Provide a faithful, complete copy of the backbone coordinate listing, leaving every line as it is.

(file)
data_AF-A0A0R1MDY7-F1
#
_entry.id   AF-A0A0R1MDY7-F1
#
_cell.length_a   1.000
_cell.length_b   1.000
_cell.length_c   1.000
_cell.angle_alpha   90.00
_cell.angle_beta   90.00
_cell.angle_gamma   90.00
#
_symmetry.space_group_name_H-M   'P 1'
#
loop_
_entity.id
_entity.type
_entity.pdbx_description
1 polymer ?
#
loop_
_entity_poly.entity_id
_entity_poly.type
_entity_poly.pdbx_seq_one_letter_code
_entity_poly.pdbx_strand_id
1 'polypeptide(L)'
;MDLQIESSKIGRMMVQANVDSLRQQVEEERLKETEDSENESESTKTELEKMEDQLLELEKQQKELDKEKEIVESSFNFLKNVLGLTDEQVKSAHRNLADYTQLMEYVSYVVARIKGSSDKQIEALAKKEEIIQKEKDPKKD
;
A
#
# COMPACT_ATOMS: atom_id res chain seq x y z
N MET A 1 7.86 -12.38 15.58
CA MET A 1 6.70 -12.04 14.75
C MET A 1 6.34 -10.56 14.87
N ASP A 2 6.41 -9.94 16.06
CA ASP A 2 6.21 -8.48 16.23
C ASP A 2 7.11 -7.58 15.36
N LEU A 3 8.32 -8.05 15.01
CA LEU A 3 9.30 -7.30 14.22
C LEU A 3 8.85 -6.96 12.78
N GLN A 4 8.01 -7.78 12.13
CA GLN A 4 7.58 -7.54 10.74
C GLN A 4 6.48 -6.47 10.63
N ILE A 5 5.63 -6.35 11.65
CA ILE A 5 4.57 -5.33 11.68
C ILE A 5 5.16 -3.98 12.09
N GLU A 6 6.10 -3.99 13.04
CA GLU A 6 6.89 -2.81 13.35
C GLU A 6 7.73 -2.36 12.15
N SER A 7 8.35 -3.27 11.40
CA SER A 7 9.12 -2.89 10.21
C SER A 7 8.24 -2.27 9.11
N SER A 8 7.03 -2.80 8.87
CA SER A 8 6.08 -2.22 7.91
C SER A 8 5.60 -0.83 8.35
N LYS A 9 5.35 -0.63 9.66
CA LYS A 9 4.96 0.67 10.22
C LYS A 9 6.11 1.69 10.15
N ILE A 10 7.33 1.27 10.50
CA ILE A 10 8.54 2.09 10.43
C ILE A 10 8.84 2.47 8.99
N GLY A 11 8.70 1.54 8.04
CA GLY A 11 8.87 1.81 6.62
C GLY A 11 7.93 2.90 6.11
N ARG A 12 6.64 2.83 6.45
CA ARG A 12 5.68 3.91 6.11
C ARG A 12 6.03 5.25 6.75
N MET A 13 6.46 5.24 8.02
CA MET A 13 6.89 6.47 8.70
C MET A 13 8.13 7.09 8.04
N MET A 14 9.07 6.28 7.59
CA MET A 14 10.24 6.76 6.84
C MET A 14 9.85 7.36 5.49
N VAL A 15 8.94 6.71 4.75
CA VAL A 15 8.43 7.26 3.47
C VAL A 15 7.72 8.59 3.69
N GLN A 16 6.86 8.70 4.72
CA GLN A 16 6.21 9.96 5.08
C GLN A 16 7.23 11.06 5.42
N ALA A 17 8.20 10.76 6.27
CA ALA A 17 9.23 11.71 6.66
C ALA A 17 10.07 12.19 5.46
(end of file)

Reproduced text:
data_AF-A0A0R1MDY7-F1
#
_entry.id   AF-A0A0R1MDY7-F1
#
_cell.length_a   1.000
_cell.length_b   1.000
_cell.length_c   1.000
_cell.angle_alpha   90.00
_cell.angle_beta   90.00
_cell.angle_gamma   90.00
#
_symmetry.space_group_name_H-M   'P 1'
#
loop_
_entity.id
_entity.type
_entity.pdbx_description
1 polymer ?
#
loop_
_entity_poly.entity_id
_entity_poly.type
_entity_poly.pdbx_seq_one_letter_code
_entity_poly.pdbx_strand_id
1 'polypeptide(L)'
;MDLQIESSKIGRMMVQANVDSLRQQVEEERLKETEDSENESESTKTELEKMEDQLLELEKQQKELDKEKEIVESSFNFLKNVLGLTDEQVKSAHRNLADYTQLMEYVSYVVARIKGSSDKQIEALAKKEEIIQKEKDPKKD
;
A
#
# COMPACT_ATOMS: atom_id res chain seq x y z
N MET A 1 7.86 -12.38 15.58
CA MET A 1 6.70 -12.04 14.75
C MET A 1 6.34 -10.56 14.87
N ASP A 2 6.41 -9.94 16.06
CA ASP A 2 6.21 -8.48 16.23
C ASP A 2 7.11 -7.58 15.36
N LEU A 3 8.32 -8.05 15.01
CA LEU A 3 9.30 -7.30 14.22
C LEU A 3 8.85 -6.96 12.78
N GLN A 4 8.01 -7.78 12.13
CA GLN A 4 7.58 -7.54 10.74
C GLN A 4 6.48 -6.47 10.63
N ILE A 5 5.63 -6.35 11.65
CA ILE A 5 4.57 -5.33 11.68
C ILE A 5 5.16 -3.98 12.09
N GLU A 6 6.10 -3.99 13.04
CA GLU A 6 6.89 -2.81 13.35
C GLU A 6 7.73 -2.36 12.15
N SER A 7 8.35 -3.27 11.40
CA SER A 7 9.12 -2.89 10.21
C SER A 7 8.24 -2.27 9.11
N SER A 8 7.03 -2.80 8.87
CA SER A 8 6.08 -2.22 7.91
C SER A 8 5.60 -0.83 8.35
N LYS A 9 5.35 -0.63 9.66
CA LYS A 9 4.96 0.67 10.22
C LYS A 9 6.11 1.69 10.15
N ILE A 10 7.33 1.27 10.50
CA ILE A 10 8.54 2.09 10.43
C ILE A 10 8.84 2.47 8.99
N GLY A 11 8.70 1.54 8.04
CA GLY A 11 8.87 1.81 6.62
C GLY A 11 7.93 2.90 6.11
N ARG A 12 6.64 2.83 6.45
CA ARG A 12 5.68 3.91 6.11
C ARG A 12 6.03 5.25 6.75
N MET A 13 6.46 5.24 8.02
CA MET A 13 6.89 6.47 8.70
C MET A 13 8.13 7.09 8.04
N MET A 14 9.07 6.28 7.59
CA MET A 14 10.24 6.76 6.84
C MET A 14 9.85 7.36 5.49
N VAL A 15 8.94 6.71 4.75
CA VAL A 15 8.43 7.26 3.47
C VAL A 15 7.72 8.59 3.69
N GLN A 16 6.86 8.70 4.72
CA GLN A 16 6.21 9.96 5.08
C GLN A 16 7.23 11.06 5.42
N ALA A 17 8.20 10.76 6.27
CA ALA A 17 9.23 11.71 6.66
C ALA A 17 10.07 12.19 5.46